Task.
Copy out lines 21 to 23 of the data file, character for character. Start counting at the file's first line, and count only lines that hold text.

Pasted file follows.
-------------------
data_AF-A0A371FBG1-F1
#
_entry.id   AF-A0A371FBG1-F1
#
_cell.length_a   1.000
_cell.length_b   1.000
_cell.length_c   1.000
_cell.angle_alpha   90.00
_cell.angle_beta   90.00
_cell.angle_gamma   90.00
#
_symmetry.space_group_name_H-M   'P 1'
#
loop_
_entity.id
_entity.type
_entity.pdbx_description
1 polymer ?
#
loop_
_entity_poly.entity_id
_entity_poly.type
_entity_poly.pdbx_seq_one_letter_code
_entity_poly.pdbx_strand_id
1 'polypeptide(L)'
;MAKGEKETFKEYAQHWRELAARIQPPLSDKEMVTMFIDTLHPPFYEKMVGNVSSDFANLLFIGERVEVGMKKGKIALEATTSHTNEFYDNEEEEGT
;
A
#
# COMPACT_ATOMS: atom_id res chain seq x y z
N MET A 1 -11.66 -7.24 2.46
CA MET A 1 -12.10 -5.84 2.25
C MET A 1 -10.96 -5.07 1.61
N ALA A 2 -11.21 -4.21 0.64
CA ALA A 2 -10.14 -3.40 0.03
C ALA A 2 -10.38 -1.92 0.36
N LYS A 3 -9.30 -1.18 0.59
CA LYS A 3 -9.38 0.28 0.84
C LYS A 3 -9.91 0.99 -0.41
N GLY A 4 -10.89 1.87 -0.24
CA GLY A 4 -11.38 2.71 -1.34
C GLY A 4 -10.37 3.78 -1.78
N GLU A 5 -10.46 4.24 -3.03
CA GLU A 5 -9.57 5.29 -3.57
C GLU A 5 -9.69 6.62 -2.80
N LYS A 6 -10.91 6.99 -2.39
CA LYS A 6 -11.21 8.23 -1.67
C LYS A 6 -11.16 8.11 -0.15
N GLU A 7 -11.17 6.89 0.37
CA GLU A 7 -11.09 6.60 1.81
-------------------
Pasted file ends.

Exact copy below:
_entity_poly.entity_id
_entity_poly.type
_entity_poly.pdbx_seq_one_letter_code